Across town, at Virginia Commonwealth University, Rosenthal gives equal time. He supports VCU's School of Pharmacy, in honor of his father and uncle, as well as the cardiology department at VCU's Medical College of Virginia, where he is working to establish a professorship in honor of retired cardiac surgeon Richard Lower. When VCU President Eugene P. Trani first came to VCU in 1990, he was given some advice, he says. "This was the guy," Trani says, "if I was going to understand Richmond, I had to get to know Gil Rosenthal." Now the two enjoy playing golf together from time to time.
One of Rosenthal's more recent projects is The Community Foundation. He was attracted to the idea that it would consolidate donations into a large fund, then distribute grants in varying amounts. It "mainly supports a lot of startup, worthwhile, human-needs charities — all types," says Rosenthal, who joined its board six years ago. They might give $10,000, he says, which is a drop in the bucket to huge charities, but is "very meaningful" to a small one.
Rosenthal's work goes on. Two years ago, Rosenthal's daughter Nancy took the reins of a capital campaign to launch an expanded and redesigned Children's Museum. Rosenthal joined the small committee to drive fund-raising. He has also given to help the Beth Sholom Home of Virginia, which runs a senior housing complex, a nursing home and an assisted-living facility. This year, he and his wife gave $500,000 toward a $1 million endowment to help seniors who can't afford assisted living. He and his wife also visit residents there every Sunday.
Rosenthal has also contributed to a huge fund-raising effort by the Jewish Federation of Richmond to expand and renovate the Jewish Community Center and make improvements to the Rudlin Torah Academy. And he has supported Caritas, Maymont, the Virginia Holocaust Museum and the Council for America's First Freedom.
"His impact is just all over the place," Trani says. Finding out about the causes Rosenthal supports, he says, is "almost like peeling an onion."
That's the way Rosenthal prefers it: being under wraps and a generalist in his giving. Despite his reluctance to be featured for this award and story, he agreed to participate in an effort to ensure information was accurate.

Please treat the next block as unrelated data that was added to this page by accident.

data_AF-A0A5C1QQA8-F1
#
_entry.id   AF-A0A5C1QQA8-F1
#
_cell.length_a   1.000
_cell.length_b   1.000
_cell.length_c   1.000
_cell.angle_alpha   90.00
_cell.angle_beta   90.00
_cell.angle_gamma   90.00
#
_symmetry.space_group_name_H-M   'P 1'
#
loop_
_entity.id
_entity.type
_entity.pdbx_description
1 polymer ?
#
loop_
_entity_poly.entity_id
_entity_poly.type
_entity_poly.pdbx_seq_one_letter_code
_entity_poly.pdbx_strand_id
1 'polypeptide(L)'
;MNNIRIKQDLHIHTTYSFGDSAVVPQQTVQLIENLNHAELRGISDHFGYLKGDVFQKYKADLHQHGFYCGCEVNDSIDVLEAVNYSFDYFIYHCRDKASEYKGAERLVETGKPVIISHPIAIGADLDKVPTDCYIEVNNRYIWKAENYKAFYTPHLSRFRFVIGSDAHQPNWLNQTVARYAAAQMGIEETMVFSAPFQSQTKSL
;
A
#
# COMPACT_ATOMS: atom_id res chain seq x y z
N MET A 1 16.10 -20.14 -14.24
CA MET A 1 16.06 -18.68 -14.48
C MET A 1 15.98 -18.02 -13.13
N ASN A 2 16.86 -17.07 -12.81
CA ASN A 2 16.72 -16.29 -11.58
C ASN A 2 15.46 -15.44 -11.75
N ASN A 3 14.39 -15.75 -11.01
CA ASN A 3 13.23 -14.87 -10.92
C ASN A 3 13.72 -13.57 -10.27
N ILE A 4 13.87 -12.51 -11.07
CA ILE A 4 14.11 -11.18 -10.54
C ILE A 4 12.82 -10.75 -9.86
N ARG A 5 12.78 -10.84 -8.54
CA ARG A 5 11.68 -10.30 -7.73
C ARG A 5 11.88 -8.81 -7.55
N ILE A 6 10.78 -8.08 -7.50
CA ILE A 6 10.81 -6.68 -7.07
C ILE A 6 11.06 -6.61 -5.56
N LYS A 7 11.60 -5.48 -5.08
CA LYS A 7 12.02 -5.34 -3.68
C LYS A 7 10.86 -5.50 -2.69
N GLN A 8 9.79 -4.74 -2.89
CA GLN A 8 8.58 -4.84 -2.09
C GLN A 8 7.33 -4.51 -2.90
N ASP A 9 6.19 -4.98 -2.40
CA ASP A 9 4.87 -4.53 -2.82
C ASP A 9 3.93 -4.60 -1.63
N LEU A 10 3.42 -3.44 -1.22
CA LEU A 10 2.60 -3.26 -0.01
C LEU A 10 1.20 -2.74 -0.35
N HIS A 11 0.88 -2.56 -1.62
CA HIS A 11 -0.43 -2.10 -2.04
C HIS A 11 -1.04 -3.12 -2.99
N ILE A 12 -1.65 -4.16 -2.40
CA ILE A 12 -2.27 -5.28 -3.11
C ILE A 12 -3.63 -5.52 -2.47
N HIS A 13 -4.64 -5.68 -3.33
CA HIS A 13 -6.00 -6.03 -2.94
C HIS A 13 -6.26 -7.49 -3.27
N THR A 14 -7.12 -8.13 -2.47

"He's a moving force in an almost unlimited number of organizations," November says. "You'll almost always find him in the left-hand list of board members [on] letterhead. ... He won't be the president; he avoids that as best he can. … He surfaces not in the leadership capacity, but in the area where the policies are formulated; he is really the one who does the job."
Somehow, there is time for play, too.
Rosenthal enjoys golf and tennis. He lifts weights twice a week with his wife. He likes to embark on big vacations with his family — 18 members in all, including his four children and eight grandchildren. He spends much of his time with friends too. He and his wife enjoy entertaining them in their Wilton Road home, which some friends jokingly refer to as the "Wilton Hilton." Rosenthal plays bridge with a group of men every Wednesday, as he has for about 50 years, his wife says. A group of friends that lightly call themselves the "Secret Six" meet for lunch every week. (It includes November and other such Richmond marquee names as financial analyst David Long, real estate magnate Morton Thalhimer Jr., retired National Seal Works owner Robert Reinhard and Schwarzschild Jewelers President Stewart Kasen.) Of the group, November says "Gilbert is certainly the paternal leader."
Today, Rosenthal says he and his wife are where they want to be. They are enjoying themselves, especially since Rosenthal has seen Fannie through two bouts of cancer — four months ago, she received a clean bill of health after undergoing treatment for lymphoma. Watching her overcome the sickness, Rosenthal says, has reinforced his giving. "I think it makes you decide that … what's important is, you're lucky enough to be able to survive, and you're going to try not to worry about the little things as much. Focus on the bigger things."
"We are very fortunate," he says. "As Jews, it's a pretty tough history for the Jewish people for the last 2,000 years — you had to be pretty good to survive. … And my family survived, and I survived unscathed. How lucky could I be?"
November says Rosenthal's life isn't about luck, though. It's about choosing to give, and following through. "His biggest accomplishment is what most people have been told to do and don't do," November says, "and that is make the world a better place than they found it."